I was ambling through the town centre, about to schlep homeward when I remembered a decision I had made yesterday. I had decided to get my beautiful niece some flowers, semi inspired by Valentine's Day, but mainly as she has recently managed to break her wrist. The gentle schlep stuttered to a halt as the brain cell got redirected to work out where there was a florist. A quick mental review of the nearby shops failed to unearth any I knew of and I was beginning to make muttering sounds when I noticed some police knocking down a PR-type display and so I decided to do what we have all been told to do, "when in trouble, ask a policeman".
I strode toward them and one, a young PCSO (Police Community Support Officer) as it turned out turned toward me and let out a hearty "hello, sir!" After a quick look behind me in case I asked him, "how's your local knowledge?"
He broke into a broad smile and replied, "excellent, sir!" I nodded in appreciation and asked, "where's the nearest florist?"
He then broke into a set of stuttered "um it's, er, well, it's ..." sounds of confusion whilst his colleagues, some PCSOs and also some real police broke into guffaws of laughter and half of them combined that with pointing at the hapless chap.
That said, he plucked victory out of the fires of defeat with great aplomb. Not only did he decide to consult PC Google, he also inquired which way I was walking home so he got a shop in the right direction, and came up with a good solution, even to taking me to a map and walking me through the roads needed to get there.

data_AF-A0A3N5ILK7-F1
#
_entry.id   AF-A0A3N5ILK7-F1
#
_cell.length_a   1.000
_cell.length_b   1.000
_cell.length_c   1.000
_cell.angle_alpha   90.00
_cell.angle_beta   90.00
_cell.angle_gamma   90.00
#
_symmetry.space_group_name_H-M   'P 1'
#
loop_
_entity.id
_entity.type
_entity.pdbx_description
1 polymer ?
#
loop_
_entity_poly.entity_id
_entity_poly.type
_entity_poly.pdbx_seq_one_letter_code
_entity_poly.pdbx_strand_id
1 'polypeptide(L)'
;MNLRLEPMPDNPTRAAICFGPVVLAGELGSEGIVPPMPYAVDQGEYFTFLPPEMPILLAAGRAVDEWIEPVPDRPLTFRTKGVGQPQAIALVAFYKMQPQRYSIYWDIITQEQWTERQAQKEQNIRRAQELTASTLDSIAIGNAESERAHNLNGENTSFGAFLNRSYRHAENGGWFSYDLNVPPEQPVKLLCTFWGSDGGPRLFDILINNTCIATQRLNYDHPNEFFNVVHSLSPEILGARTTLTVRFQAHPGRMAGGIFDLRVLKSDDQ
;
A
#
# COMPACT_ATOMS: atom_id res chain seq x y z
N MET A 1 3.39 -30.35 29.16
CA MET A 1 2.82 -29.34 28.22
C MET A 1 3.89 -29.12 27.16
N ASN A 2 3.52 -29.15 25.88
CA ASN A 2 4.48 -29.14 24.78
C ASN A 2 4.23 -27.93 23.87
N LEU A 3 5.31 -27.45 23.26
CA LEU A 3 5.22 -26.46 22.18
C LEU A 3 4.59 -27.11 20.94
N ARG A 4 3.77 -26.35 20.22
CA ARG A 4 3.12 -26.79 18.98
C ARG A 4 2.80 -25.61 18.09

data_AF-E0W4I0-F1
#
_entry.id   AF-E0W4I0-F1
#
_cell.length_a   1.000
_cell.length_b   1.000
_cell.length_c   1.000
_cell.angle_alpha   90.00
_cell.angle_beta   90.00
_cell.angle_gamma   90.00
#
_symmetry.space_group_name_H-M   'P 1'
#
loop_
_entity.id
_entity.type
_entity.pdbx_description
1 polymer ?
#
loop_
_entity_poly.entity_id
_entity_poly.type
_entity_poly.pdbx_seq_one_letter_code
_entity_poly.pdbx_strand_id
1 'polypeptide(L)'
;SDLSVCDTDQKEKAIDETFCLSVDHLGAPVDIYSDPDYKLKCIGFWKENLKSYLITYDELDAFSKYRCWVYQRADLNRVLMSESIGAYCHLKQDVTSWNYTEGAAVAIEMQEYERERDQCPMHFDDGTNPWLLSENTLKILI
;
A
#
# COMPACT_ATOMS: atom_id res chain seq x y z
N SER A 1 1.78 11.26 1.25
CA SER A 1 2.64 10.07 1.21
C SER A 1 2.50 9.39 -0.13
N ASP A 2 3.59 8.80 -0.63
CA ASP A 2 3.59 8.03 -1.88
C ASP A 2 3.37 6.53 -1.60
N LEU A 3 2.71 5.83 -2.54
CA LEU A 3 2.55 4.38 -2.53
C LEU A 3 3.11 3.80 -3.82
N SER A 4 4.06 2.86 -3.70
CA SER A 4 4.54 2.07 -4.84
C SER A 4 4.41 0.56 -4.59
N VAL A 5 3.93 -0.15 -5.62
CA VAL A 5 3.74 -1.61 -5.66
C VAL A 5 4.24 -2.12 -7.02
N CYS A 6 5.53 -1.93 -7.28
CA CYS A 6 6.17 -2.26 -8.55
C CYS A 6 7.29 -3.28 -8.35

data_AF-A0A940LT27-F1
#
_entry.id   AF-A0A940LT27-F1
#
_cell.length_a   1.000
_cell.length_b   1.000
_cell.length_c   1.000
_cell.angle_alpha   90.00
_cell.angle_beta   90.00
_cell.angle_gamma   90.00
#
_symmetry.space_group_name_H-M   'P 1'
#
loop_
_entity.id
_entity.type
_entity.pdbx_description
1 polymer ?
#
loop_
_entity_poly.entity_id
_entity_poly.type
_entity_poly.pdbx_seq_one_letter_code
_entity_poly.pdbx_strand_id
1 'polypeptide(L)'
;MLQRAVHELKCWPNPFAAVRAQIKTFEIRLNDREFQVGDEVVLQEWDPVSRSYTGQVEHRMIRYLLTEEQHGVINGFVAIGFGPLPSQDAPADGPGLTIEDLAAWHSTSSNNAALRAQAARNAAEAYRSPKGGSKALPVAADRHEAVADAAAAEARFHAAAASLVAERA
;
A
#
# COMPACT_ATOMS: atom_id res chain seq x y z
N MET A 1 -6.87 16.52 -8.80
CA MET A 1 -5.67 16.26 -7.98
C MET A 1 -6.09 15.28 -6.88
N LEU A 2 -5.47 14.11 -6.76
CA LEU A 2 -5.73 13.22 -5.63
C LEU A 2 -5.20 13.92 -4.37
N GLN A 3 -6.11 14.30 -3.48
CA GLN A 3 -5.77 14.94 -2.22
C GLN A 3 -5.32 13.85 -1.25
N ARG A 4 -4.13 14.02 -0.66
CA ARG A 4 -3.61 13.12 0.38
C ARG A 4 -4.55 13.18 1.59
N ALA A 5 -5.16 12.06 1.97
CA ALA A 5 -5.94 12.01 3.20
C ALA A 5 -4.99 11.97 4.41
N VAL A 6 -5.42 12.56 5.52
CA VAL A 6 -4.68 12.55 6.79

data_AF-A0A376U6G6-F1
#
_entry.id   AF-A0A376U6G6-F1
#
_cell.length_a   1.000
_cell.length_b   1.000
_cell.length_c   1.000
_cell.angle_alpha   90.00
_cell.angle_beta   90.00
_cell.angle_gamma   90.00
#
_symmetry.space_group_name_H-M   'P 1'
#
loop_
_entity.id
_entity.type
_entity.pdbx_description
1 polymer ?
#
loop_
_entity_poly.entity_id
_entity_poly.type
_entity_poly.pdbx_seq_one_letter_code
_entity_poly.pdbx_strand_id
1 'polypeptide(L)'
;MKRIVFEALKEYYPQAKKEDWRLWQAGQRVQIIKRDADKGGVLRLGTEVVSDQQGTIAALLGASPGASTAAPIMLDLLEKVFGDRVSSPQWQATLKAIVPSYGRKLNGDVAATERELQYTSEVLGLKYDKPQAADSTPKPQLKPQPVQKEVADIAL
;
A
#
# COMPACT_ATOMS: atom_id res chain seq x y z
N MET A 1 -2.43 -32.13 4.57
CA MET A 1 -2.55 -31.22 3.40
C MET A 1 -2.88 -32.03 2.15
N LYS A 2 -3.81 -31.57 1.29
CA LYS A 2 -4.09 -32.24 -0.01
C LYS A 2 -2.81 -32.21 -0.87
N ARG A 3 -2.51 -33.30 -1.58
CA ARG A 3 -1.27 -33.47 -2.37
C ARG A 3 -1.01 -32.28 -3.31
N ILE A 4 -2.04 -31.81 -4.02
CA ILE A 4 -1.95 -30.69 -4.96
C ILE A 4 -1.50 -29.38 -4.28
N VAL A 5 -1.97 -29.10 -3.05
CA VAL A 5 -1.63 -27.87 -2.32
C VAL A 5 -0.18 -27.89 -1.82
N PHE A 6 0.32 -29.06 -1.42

As is usually the case, my parents were right, "in case of trouble, find a policeman". The police and PCSOs are often derided but as and when they can actually put warm bodies out and about I have ever found them to be decent people - apart from, maybe, the git who did me for speeding many, many years ago!
hahah This is a really cute and fun story. Given all the bad stories in the news about police it's good to remember there are good ones out there too.
Like all walks of life there are good and bad, but as ever the bad, sadly, tend to overshadow the good; you very rarely hear a news story about a policeman doing a good thing.
Sadly people tend to reward bad behaviour by focusing on it much more. We can't really blame the news for talking more about the bad stuff, when that's what more people "tune in" for. I'm sure if positive stories where more watched and "clicked on" by people, the news organizations would put more of them out - since views and clicks are what makes them money. For some reason, humans (generally speaking) seem much more fascinated by the negative than the positive. I try to give my views and ratings to the positive stories though. I think it's important to balance out all that negative that's thrown around these days.
It's a hard balance - for news organisations 'man helps granny across busy road' has less traction than '12 car pile-up caused by granny crossing road'. I'd rather it was not so, but it seems to be the human condition. Outside of the 'official media' It'd be nice to see more balance between good and bad news, maybe even a bit more on the good side.